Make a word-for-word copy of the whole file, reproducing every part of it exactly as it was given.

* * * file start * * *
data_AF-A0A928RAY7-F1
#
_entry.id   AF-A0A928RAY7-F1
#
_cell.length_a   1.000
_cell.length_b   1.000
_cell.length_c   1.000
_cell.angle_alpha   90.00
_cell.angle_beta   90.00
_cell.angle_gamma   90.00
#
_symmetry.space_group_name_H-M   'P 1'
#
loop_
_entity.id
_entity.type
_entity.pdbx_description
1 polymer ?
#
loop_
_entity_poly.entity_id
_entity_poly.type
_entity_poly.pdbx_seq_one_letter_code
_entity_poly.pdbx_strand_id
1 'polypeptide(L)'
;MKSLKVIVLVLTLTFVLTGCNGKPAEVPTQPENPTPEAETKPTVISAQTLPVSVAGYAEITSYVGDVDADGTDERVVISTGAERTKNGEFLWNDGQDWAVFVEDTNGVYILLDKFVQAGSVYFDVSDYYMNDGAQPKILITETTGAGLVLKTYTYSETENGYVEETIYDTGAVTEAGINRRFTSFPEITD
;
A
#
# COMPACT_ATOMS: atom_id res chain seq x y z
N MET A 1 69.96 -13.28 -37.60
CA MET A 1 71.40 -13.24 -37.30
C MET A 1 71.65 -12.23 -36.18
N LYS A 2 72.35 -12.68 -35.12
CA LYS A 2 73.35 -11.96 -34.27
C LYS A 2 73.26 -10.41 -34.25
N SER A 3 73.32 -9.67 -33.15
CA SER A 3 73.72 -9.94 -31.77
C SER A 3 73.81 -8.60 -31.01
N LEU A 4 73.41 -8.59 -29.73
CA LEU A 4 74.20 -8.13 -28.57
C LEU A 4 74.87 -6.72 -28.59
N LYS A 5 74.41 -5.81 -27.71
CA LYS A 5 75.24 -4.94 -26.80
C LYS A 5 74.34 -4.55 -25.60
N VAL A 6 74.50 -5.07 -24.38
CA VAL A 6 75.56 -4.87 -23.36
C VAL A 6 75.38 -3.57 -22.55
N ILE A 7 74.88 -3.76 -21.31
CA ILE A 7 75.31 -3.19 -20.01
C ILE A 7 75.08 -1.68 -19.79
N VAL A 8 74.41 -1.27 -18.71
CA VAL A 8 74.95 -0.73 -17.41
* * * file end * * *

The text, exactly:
data_AF-A0A928RAY7-F1
#
_entry.id   AF-A0A928RAY7-F1
#
_cell.length_a   1.000
_cell.length_b   1.000
_cell.length_c   1.000
_cell.angle_alpha   90.00
_cell.angle_beta   90.00
_cell.angle_gamma   90.00
#
_symmetry.space_group_name_H-M   'P 1'
#
loop_
_entity.id
_entity.type
_entity.pdbx_description
1 polymer ?
#
loop_
_entity_poly.entity_id
_entity_poly.type
_entity_poly.pdbx_seq_one_letter_code
_entity_poly.pdbx_strand_id
1 'polypeptide(L)'
;MKSLKVIVLVLTLTFVLTGCNGKPAEVPTQPENPTPEAETKPTVISAQTLPVSVAGYAEITSYVGDVDADGTDERVVISTGAERTKNGEFLWNDGQDWAVFVEDTNGVYILLDKFVQAGSVYFDVSDYYMNDGAQPKILITETTGAGLVLKTYTYSETENGYVEETIYDTGAVTEAGINRRFTSFPEITD
;
A
#
# COMPACT_ATOMS: atom_id res chain seq x y z
N MET A 1 69.96 -13.28 -37.60
CA MET A 1 71.40 -13.24 -37.30
C MET A 1 71.65 -12.23 -36.18
N LYS A 2 72.35 -12.68 -35.12
CA LYS A 2 73.35 -11.96 -34.27
C LYS A 2 73.26 -10.41 -34.25
N SER A 3 73.32 -9.67 -33.15
CA SER A 3 73.72 -9.94 -31.77
C SER A 3 73.81 -8.60 -31.01
N LEU A 4 73.41 -8.59 -29.73
CA LEU A 4 74.20 -8.13 -28.57
C LEU A 4 74.87 -6.72 -28.59
N LYS A 5 74.41 -5.81 -27.71
CA LYS A 5 75.24 -4.94 -26.80
C LYS A 5 74.34 -4.55 -25.60
N VAL A 6 74.50 -5.07 -24.38
CA VAL A 6 75.56 -4.87 -23.36
C VAL A 6 75.38 -3.57 -22.55
N ILE A 7 74.88 -3.76 -21.31
CA ILE A 7 75.31 -3.19 -20.01
C ILE A 7 75.08 -1.68 -19.79
N VAL A 8 74.41 -1.27 -18.71
CA VAL A 8 74.95 -0.73 -17.41